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[BOAI] The Open Access Interviews: John Willinsky

From: "Richard Poynder" <richard.poynder AT>
Date: Mon, 11 May 2015 06:15:51 +0100

Born in Toronto, Ontario, John Willinsky taught school for 8 years
before taking a doctorate in the study of education, and subsequently
became a professor of education at the University of British Columbia
(UBC). In 2008, he moved to Stanford where he is currently the Khosla
Family Professor in the Graduate School of Education.

Willinsky's interest in what later became known as open access began
in 1998, with his efforts to bring the evidence of research to bear on
local journalism. He quickly realised, however, that his ambitions
were significantly challenged by the fact that most scholarly journals
required a subscription to read, and many had yet to move online.

So he shifted focus, and instead began trying to convince journals and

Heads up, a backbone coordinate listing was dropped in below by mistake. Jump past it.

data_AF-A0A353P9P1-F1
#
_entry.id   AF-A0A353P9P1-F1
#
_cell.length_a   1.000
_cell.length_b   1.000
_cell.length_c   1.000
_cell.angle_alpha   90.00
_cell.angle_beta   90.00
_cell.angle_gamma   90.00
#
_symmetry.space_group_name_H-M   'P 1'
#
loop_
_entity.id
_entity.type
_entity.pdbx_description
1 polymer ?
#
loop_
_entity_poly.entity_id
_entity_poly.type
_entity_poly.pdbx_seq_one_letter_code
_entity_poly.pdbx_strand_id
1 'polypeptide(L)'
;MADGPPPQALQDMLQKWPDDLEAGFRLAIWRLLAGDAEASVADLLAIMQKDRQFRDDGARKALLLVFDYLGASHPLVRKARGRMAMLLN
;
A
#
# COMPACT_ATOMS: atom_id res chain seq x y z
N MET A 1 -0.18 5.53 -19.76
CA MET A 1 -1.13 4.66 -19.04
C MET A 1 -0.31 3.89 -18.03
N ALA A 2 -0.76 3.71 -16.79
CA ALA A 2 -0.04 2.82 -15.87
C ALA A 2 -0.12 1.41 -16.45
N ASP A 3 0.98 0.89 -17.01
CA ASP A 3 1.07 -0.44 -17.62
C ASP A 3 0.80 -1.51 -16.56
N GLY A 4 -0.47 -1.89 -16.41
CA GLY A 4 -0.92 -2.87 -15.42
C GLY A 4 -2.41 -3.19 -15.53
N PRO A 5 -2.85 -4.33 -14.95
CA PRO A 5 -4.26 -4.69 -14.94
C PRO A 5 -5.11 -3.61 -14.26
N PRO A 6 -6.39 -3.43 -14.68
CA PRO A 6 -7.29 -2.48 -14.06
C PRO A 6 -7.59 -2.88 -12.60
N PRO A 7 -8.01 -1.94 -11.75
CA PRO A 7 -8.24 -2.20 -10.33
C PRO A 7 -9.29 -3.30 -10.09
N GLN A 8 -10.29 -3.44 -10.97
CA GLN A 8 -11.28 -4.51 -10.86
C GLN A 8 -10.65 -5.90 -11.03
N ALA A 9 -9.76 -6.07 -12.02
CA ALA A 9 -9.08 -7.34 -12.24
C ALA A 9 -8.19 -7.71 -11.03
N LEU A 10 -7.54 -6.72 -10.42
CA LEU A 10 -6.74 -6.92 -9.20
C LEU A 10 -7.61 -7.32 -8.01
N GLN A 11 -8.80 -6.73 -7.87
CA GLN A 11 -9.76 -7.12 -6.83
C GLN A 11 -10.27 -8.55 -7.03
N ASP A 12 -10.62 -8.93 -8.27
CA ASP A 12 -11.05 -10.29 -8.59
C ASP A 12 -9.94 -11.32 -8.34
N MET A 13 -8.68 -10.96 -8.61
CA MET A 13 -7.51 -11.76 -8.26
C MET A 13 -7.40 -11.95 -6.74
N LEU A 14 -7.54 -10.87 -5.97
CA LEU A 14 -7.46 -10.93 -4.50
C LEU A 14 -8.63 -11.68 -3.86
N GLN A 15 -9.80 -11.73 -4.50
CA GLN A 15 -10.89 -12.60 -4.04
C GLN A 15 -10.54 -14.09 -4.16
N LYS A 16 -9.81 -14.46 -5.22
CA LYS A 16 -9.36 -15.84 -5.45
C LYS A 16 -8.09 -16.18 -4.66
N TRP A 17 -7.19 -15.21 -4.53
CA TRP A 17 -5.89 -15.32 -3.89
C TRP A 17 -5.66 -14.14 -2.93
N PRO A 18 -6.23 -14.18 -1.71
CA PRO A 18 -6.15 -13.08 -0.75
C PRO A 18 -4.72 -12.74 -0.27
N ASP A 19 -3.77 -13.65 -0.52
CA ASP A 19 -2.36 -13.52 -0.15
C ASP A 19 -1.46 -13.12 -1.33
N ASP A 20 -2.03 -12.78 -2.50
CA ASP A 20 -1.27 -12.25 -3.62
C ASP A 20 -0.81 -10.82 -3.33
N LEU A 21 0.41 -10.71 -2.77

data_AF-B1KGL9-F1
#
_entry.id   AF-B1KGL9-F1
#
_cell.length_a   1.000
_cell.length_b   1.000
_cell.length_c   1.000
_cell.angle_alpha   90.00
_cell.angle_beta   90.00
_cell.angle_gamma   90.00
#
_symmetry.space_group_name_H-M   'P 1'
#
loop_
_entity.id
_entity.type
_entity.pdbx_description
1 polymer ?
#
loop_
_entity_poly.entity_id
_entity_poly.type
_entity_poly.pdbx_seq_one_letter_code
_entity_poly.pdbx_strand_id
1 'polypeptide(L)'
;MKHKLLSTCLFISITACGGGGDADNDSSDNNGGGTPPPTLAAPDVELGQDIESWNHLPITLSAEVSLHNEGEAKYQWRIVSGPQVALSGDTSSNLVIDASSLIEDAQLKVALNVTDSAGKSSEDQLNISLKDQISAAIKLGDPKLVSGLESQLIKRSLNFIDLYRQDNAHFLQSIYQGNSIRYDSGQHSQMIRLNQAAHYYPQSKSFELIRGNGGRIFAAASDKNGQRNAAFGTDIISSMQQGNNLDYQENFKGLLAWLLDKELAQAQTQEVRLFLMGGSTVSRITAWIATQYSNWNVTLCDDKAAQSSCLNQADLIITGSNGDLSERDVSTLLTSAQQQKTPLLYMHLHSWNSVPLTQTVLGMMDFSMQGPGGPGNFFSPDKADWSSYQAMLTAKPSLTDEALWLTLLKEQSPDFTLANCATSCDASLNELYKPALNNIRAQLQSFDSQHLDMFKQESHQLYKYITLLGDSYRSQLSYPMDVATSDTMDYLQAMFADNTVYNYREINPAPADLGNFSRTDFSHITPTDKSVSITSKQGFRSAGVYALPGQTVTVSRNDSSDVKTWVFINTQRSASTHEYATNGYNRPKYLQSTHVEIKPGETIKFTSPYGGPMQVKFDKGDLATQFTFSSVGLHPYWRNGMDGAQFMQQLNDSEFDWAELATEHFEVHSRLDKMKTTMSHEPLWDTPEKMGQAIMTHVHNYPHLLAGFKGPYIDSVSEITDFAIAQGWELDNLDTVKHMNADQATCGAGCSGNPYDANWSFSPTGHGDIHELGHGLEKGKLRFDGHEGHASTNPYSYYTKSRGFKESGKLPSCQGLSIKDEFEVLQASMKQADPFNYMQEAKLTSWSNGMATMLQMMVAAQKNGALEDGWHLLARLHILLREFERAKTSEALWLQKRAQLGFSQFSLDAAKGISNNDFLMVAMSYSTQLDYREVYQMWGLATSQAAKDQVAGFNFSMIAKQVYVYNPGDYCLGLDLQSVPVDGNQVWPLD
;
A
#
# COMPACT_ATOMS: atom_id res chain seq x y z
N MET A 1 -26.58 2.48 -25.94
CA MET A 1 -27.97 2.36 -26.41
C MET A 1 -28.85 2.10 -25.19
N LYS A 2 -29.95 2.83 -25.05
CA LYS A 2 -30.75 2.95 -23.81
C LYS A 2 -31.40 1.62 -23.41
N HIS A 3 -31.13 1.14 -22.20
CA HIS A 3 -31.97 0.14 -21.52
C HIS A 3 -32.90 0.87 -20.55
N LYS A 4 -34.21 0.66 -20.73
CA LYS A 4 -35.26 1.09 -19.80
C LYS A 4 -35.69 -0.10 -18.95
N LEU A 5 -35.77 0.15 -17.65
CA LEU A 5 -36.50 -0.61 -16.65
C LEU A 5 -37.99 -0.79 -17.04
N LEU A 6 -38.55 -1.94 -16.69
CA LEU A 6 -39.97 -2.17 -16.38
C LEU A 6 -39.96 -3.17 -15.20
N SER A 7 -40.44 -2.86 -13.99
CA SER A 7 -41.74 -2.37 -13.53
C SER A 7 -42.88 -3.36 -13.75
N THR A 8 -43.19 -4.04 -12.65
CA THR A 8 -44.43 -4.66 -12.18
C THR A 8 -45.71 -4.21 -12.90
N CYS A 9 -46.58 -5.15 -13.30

conferences that they should go online, in the hope that this would
enable greater public access to research. To help persuade editors and
journals to make the move he founded the Public Knowledge Project
(PKP), which subsequently evolved into a partnership with the Simon
Fraser University Library and Stanford University.

PKP's first project was to develop an open source publishing platform
called Open Journal Systems (OJS). This proved hugely successful, and
by 2013 around 8,000 journals were actively using OJS as their online
publishing platform.

PKP has gone on to develop a portfolio of other open source tools as
well, including Open Monograph Press, Open Conference Systems and Open
Harvester Systems.

In 2006 Willinsky published one of the key texts of the open access
movement - The Access Principle: The Case for Open Access to Research
and Scholarship.

The Access Principle, explains Willinsky was an attempt to establish
open access as a worthy topic of scholarly treatment. "I wanted to
assert that this was not simply a side line, like choosing the title
of a journal, but really was part of what it meant to do research and
scholarship, part of what it meant to claim to be producing knowledge
for the benefit of the world."

An interview with John Willinsky can be read here:


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